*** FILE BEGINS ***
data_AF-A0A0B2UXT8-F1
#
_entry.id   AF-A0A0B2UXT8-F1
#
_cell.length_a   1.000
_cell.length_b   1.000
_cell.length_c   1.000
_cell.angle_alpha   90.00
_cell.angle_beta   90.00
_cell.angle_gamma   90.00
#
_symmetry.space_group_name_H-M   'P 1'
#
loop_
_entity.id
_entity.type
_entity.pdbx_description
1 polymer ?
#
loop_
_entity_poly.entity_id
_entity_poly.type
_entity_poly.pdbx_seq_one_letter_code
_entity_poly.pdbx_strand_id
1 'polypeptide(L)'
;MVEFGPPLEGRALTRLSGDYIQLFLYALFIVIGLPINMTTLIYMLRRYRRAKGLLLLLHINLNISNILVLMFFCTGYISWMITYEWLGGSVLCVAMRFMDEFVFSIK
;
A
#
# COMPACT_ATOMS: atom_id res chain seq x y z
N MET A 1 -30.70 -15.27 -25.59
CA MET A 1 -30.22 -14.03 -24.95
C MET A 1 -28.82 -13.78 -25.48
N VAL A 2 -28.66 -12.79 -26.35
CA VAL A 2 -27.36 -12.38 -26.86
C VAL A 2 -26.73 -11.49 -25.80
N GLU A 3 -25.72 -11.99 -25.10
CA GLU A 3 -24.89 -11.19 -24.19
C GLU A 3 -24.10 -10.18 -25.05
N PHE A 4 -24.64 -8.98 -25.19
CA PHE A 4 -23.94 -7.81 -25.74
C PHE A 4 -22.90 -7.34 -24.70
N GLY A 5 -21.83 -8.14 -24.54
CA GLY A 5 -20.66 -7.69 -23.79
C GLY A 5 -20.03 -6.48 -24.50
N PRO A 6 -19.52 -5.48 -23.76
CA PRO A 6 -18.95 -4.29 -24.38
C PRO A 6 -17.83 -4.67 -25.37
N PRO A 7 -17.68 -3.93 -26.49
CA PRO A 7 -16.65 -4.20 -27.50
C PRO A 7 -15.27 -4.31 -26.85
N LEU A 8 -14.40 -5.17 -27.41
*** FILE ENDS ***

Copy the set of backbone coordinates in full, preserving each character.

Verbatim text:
data_AF-A0A0B2UXT8-F1
#
_entry.id   AF-A0A0B2UXT8-F1
#
_cell.length_a   1.000
_cell.length_b   1.000
_cell.length_c   1.000
_cell.angle_alpha   90.00
_cell.angle_beta   90.00
_cell.angle_gamma   90.00
#
_symmetry.space_group_name_H-M   'P 1'
#
loop_
_entity.id
_entity.type
_entity.pdbx_description
1 polymer ?
#
loop_
_entity_poly.entity_id
_entity_poly.type
_entity_poly.pdbx_seq_one_letter_code
_entity_poly.pdbx_strand_id
1 'polypeptide(L)'
;MVEFGPPLEGRALTRLSGDYIQLFLYALFIVIGLPINMTTLIYMLRRYRRAKGLLLLLHINLNISNILVLMFFCTGYISWMITYEWLGGSVLCVAMRFMDEFVFSIK
;
A
#
# COMPACT_ATOMS: atom_id res chain seq x y z
N MET A 1 -30.70 -15.27 -25.59
CA MET A 1 -30.22 -14.03 -24.95
C MET A 1 -28.82 -13.78 -25.48
N VAL A 2 -28.66 -12.79 -26.35
CA VAL A 2 -27.36 -12.38 -26.86
C VAL A 2 -26.73 -11.49 -25.80
N GLU A 3 -25.72 -11.99 -25.10
CA GLU A 3 -24.89 -11.19 -24.19
C GLU A 3 -24.10 -10.18 -25.05
N PHE A 4 -24.64 -8.98 -25.19
CA PHE A 4 -23.94 -7.81 -25.74
C PHE A 4 -22.90 -7.34 -24.70
N GLY A 5 -21.83 -8.14 -24.54
CA GLY A 5 -20.66 -7.69 -23.79
C GLY A 5 -20.03 -6.48 -24.50
N PRO A 6 -19.52 -5.48 -23.76
CA PRO A 6 -18.95 -4.29 -24.38
C PRO A 6 -17.83 -4.67 -25.37
N PRO A 7 -17.68 -3.93 -26.49
CA PRO A 7 -16.65 -4.20 -27.50
C PRO A 7 -15.27 -4.31 -26.85
N LEU A 8 -14.40 -5.17 -27.41